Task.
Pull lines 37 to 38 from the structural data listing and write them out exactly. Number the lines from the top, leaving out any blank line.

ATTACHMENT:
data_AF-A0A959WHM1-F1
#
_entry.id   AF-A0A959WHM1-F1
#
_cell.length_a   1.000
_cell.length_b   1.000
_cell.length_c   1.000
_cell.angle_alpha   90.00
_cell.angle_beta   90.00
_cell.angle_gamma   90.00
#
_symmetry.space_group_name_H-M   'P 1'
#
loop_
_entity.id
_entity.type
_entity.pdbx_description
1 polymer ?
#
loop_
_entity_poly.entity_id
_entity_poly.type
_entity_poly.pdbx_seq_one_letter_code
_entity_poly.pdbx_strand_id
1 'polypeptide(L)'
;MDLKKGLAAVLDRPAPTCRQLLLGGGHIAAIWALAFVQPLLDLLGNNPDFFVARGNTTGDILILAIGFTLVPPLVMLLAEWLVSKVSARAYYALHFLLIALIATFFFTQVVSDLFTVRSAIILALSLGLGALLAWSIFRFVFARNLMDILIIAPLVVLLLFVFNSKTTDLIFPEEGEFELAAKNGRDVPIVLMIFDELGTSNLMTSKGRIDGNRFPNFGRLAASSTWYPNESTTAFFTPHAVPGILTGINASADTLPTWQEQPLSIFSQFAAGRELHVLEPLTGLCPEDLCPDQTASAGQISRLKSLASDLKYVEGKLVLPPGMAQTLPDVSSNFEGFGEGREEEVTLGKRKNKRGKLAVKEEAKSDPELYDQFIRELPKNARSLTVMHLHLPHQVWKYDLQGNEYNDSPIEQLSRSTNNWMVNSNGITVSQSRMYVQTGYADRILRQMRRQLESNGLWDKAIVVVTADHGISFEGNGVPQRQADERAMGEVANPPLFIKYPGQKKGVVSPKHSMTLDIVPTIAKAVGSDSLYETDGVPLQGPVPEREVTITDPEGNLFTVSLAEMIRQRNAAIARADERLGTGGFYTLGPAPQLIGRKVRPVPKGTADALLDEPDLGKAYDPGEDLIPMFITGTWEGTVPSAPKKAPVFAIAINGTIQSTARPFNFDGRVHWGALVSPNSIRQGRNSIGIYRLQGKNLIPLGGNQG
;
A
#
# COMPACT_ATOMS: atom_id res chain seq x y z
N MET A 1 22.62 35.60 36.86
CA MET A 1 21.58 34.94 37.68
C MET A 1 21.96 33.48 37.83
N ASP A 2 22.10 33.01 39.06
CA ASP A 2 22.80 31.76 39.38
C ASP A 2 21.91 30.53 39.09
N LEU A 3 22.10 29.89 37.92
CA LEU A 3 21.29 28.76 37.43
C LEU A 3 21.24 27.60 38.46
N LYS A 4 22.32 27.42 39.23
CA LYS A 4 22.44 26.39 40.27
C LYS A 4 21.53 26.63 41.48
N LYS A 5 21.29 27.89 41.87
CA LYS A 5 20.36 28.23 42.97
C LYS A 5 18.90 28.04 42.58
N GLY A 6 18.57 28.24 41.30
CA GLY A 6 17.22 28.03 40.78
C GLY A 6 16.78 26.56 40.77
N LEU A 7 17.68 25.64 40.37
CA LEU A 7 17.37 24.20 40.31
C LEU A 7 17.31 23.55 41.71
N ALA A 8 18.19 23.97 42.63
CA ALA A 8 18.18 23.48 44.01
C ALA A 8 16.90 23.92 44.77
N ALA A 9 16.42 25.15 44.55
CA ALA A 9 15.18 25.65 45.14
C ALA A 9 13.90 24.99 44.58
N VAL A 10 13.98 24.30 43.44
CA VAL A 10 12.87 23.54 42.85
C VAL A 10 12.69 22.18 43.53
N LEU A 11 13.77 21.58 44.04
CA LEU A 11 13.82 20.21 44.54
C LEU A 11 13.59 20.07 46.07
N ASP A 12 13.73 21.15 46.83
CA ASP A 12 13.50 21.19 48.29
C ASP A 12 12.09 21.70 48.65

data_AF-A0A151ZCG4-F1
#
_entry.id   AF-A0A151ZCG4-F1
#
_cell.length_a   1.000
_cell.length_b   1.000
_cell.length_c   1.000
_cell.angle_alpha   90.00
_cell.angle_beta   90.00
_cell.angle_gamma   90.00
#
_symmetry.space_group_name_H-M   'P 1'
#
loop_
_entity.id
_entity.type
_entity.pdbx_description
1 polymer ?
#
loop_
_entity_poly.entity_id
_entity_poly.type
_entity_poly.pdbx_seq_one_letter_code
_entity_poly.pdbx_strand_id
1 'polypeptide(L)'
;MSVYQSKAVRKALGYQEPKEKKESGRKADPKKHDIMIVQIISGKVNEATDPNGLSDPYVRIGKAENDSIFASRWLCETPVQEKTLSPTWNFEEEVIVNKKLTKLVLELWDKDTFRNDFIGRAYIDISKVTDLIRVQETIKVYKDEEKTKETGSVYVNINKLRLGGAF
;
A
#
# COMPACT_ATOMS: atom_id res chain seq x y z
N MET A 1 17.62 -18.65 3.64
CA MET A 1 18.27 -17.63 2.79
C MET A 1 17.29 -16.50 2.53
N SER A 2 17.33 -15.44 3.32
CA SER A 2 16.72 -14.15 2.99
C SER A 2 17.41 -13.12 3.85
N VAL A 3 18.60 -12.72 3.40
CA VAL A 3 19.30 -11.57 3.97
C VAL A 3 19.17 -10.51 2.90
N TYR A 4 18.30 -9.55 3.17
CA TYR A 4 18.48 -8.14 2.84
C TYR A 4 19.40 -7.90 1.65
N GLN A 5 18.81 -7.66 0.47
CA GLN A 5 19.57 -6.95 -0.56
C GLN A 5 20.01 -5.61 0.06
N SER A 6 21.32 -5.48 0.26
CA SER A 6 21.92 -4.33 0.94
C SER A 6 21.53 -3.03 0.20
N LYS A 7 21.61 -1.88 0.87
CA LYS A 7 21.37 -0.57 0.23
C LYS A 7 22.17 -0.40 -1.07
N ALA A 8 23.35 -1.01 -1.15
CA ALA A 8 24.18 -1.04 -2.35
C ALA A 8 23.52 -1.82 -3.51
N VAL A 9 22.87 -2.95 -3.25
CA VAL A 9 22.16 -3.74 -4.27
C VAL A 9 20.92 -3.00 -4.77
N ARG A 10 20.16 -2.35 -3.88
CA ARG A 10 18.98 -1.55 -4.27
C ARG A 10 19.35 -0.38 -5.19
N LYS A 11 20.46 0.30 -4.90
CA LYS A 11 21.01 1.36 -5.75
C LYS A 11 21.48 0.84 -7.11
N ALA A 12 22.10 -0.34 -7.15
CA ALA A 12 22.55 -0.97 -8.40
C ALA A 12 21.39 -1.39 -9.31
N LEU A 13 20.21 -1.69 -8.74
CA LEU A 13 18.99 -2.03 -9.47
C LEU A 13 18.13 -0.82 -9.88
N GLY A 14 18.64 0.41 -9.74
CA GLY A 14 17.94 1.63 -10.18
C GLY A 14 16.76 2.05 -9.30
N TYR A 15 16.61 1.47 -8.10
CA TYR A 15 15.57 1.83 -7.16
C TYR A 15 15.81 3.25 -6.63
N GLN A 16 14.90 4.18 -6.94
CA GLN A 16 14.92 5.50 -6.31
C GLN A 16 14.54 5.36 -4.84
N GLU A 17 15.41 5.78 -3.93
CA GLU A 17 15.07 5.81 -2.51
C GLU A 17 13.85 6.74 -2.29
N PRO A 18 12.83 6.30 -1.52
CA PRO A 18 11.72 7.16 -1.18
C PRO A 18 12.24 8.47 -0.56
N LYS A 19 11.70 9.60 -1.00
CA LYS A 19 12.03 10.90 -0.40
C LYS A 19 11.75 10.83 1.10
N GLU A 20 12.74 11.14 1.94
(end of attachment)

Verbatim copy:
N LEU A 3 22.10 29.89 37.92
CA LEU A 3 21.29 28.76 37.43